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Otago Polytech­nic has come up with a boost for women want­ing to get into the male- dom­i­nated fields of engi­neer­ing and IT.

Recog­nis­ing that women are un­der­rep­re­sented in these in­dus­tries, Otago Polytech­nic has cre­ated two schol­ar­ships, each worth $1000 for ev­ery year of study.

Di­rec­tor of Com­mu­ni­ca­tions Mike Wad­dell says it’s im­por­tant to pro­mote in­clu­sion in all pro­grammes. “Otago Polytech­nic val­ues our re­spon­si­bil­ity in so­ci­ety. If we can sup­port women into un­der-rep­re­sented ar­eas of study, it’s bet­ter for the com­mu­nity as a whole.”

Both the IT and Engi­neer­ing in­dus­tries are on New Zealand Im­mi­gra­tion’s skill short­age list for long term short­ages.

Waitaki District Coun­cil As­set Man­ager Caitlin Dono­van grad­u­ated from Otago Polytech­nic in 2011 with a NZ Diploma in Engi­neer­ing (Civil). There were only two women in her class, but she says that didn’t af­fect her stud­ies or de­sire to en­ter a ca­reer in engi­neer­ing.

“It ticks all my boxes. It’s a great job, and one of the higher pay­ing in­dus­tries. There are plenty of op­por­tu­ni­ties go­ing for­ward too,” she says.

Tracey Ayre is co-leader of the Di­ver­sity and In­clu­sion pro­gramme at IPENZ (In­sti­tu­tion of Pro­fes­sional En­gi­neers NZ). She says fe­male rep­re­sen­ta­tion is in­creas­ing in very small steps. “When the Di­ver­sity and In­clu­sion pro­gramme was launched in 2011, only 11 per­cent of mem­bers were women. Now it’s at about 14 per­cent.”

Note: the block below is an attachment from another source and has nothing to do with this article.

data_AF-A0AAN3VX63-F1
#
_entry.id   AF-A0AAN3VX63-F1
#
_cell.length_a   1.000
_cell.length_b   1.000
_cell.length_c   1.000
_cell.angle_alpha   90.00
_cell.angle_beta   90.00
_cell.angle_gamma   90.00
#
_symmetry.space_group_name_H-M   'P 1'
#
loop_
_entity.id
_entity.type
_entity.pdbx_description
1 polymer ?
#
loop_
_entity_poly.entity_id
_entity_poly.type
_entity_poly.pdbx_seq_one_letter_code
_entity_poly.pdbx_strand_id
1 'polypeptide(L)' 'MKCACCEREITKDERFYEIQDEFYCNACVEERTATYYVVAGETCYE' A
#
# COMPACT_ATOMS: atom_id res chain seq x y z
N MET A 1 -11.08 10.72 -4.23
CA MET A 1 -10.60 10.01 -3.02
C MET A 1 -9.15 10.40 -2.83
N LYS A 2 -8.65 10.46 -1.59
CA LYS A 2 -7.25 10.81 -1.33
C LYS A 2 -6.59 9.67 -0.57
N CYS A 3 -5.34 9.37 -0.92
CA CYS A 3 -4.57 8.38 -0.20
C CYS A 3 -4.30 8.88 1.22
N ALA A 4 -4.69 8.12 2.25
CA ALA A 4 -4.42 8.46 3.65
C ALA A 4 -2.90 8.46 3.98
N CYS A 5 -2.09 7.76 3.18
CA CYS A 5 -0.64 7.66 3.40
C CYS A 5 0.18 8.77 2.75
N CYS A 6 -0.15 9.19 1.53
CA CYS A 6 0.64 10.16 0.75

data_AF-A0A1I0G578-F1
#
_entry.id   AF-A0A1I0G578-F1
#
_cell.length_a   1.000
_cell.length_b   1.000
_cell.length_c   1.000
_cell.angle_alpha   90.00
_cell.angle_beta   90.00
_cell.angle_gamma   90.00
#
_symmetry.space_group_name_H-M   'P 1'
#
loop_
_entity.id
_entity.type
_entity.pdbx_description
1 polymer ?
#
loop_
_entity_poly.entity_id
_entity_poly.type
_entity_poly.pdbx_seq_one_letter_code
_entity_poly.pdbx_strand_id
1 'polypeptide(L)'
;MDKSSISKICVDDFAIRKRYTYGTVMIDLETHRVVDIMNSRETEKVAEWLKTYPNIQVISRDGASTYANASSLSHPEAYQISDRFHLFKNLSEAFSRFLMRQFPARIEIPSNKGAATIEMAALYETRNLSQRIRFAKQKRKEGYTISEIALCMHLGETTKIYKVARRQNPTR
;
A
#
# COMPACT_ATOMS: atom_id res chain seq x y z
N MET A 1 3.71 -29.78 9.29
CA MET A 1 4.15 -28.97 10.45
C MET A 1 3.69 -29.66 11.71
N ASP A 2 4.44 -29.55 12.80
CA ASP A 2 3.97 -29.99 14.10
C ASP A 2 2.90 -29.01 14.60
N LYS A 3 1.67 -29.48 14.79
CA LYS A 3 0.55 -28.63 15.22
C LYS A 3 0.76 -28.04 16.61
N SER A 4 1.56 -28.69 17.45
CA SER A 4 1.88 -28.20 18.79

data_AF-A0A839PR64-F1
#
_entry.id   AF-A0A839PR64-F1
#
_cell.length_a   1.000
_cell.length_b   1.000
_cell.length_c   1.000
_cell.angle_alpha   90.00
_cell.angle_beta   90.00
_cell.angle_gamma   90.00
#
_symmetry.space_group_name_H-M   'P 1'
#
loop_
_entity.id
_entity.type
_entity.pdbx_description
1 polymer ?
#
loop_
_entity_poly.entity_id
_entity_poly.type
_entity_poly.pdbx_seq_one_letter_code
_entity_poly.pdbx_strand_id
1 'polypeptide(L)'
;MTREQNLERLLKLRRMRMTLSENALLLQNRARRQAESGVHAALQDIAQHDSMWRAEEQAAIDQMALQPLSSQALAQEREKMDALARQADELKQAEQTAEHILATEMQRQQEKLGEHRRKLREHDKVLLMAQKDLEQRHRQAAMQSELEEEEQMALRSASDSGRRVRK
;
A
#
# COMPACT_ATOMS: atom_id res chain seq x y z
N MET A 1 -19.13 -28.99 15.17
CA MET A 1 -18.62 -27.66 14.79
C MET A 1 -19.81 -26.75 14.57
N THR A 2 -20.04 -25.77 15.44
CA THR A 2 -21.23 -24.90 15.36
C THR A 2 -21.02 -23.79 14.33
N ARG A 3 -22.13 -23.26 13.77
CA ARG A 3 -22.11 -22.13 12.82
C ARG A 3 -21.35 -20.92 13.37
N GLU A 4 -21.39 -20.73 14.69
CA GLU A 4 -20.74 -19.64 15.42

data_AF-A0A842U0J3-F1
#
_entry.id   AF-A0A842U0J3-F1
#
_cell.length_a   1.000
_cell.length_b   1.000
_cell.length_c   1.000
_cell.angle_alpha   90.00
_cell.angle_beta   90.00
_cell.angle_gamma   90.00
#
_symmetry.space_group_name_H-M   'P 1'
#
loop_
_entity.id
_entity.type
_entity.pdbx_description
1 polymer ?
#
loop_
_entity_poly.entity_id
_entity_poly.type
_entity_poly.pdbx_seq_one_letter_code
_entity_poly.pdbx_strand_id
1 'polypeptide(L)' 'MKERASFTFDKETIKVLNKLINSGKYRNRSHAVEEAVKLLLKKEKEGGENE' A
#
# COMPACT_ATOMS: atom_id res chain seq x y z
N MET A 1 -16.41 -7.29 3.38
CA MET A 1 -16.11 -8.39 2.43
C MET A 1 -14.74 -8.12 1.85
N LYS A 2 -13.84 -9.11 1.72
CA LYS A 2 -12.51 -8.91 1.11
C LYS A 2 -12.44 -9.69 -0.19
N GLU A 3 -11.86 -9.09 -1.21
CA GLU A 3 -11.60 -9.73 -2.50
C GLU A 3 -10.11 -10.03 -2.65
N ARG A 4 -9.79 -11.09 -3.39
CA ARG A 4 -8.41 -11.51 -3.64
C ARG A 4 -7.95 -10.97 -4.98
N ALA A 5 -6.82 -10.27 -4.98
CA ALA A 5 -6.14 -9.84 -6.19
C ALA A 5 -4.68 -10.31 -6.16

“There are lots of great op­por­tu­ni­ties in engi­neer­ing. It pays re­ally well, qual­i­fi­ca­tions are recog­nised over­seas, and there’s a short­age of en­gi­neers around the coun­try,” Ayre says.

Dono­van sums it all up in one sen­tence. “Just be­cause there aren’t many women in the in­dus­try doesn’t mean there shouldn’t be!”

Ap­pli­ca­tions for the schol­ar­ships close on Fe­bru­ary 7th 2017.

IT FEELS as i f time has passed very quickly since start­ing engi­neer­ing this year. I have com­pleted mul­ti­ple as­sign­ments, tests and ex­ams and have come out the other end ex­cited to con­tinue this jour­ney.

Re­cently I fin­ished my first group as­sign­ment for de­sign where we de­signed and built a truss bridge out of pop­si­cle sticks. We came sec­ond in our tu­to­rial with t he truss hold­ing 425N be­fore fail­ure, which was due to t he con­straint of us­ing PVA glue to at­tach t he cross mem­bers.

Ex­ams went very quickly due to t he tight sched­ule but I feel pre­pared to choose my spe­cial­i­sa­tion. This was ex­tremely stress­ful for me as t here are nine choices and I strug­gle to make small daily de­ci­sions whereas t his de­ci­sion will i mpact my l i fe greatly. The papers se­lected for f i rst years helps to nar­row down t his search as you dis­cover what you love but also what you re­ally don’t en­joy, which I found to be cir­cuit theory.

There­fore, I made t he tough de­ci­sion and chose Chem­i­cal and Ma­te­ri­als Engi­neer­ing as my f i rst choice with Civil and En­vi­ron­men­tal as my sec­ond choice. The ma­te­ri­als paper was one of my favourite papers and I al­ready had a love of chem­istry, which ce­mented my choice. ChemMat also has t he high­est pro­por­tion of girls – al­most 30 per­cent I be­lieve – and i s one of t he harder spe­cial­i­sa­tions to get i nto with only 80 places avail­able. Due to its 90 places avail­able and t he peaked i nter­est, I be­lieve Soft­ware i s go­ing to be t he most pop­u­lar spe­cial­i­sa­tion for 2017.

Claire Parker.

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